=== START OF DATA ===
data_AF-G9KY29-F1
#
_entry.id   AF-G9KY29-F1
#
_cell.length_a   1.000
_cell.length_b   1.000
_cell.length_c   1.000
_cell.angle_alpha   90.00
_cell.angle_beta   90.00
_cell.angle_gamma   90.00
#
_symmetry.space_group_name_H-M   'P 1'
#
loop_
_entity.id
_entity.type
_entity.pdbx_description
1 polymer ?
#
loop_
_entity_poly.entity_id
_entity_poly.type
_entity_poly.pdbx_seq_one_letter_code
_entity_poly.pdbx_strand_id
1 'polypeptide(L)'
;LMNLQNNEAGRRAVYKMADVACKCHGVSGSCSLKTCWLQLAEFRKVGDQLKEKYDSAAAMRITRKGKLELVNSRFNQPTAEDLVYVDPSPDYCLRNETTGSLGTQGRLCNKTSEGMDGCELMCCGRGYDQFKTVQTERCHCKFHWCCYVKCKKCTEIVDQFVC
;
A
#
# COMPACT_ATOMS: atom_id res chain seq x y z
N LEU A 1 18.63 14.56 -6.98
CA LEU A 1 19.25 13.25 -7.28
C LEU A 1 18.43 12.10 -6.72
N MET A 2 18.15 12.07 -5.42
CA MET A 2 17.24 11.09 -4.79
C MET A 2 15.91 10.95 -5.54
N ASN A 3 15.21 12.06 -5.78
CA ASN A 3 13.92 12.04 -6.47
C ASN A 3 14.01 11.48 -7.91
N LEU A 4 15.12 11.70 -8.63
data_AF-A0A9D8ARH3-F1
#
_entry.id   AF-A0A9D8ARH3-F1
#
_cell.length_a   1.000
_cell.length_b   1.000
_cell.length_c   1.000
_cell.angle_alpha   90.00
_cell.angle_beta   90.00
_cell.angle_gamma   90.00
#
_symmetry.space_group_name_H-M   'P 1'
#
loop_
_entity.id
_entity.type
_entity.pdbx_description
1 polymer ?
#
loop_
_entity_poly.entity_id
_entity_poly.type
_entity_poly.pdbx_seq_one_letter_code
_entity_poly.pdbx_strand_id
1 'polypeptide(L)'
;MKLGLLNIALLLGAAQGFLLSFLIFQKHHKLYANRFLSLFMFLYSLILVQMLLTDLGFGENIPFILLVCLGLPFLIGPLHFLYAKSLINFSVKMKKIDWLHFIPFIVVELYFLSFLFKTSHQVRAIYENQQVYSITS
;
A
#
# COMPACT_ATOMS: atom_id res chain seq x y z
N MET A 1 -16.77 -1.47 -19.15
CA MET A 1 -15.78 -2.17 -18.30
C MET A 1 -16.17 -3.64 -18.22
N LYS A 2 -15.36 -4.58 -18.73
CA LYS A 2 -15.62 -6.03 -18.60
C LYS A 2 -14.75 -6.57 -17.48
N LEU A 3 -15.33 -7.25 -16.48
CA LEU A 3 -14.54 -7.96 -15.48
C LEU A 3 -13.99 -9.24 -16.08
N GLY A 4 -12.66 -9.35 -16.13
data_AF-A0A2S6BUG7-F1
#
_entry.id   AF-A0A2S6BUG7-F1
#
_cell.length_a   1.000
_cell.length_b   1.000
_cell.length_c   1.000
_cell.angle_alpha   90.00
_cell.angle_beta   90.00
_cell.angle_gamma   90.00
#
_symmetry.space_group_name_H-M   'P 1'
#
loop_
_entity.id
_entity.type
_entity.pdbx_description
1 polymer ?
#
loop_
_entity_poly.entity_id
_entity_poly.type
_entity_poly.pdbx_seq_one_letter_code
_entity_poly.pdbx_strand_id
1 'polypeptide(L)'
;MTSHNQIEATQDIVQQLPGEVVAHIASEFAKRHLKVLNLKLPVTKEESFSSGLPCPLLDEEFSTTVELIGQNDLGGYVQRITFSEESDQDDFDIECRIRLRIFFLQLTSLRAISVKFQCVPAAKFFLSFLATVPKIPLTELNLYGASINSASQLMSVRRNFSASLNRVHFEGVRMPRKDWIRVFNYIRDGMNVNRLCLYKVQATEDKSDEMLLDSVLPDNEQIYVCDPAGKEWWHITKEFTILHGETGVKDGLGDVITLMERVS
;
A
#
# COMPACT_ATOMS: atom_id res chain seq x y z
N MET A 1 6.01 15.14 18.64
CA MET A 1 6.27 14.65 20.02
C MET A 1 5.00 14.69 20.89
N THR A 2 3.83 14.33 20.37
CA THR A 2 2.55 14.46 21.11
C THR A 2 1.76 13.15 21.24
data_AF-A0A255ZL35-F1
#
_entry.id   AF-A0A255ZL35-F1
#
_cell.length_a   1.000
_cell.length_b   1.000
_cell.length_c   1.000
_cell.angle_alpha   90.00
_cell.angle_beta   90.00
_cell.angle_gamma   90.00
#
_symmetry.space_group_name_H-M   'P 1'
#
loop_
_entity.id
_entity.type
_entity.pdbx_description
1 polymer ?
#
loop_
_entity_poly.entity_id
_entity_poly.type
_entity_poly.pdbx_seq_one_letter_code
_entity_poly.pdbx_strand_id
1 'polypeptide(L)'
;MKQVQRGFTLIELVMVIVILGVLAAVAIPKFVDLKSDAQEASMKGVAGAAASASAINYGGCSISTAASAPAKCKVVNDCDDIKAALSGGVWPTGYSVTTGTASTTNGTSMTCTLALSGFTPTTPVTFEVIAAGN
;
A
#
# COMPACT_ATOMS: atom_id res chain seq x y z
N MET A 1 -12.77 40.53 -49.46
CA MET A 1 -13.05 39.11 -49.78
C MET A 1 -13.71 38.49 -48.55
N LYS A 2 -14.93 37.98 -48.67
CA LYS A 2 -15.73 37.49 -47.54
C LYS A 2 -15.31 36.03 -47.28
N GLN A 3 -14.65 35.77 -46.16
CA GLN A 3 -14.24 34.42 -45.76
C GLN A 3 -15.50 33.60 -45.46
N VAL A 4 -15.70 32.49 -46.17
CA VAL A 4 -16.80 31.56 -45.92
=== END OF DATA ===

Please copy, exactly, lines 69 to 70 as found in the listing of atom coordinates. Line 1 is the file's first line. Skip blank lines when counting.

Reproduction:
#
# COMPACT_ATOMS: atom_id res chain seq x y z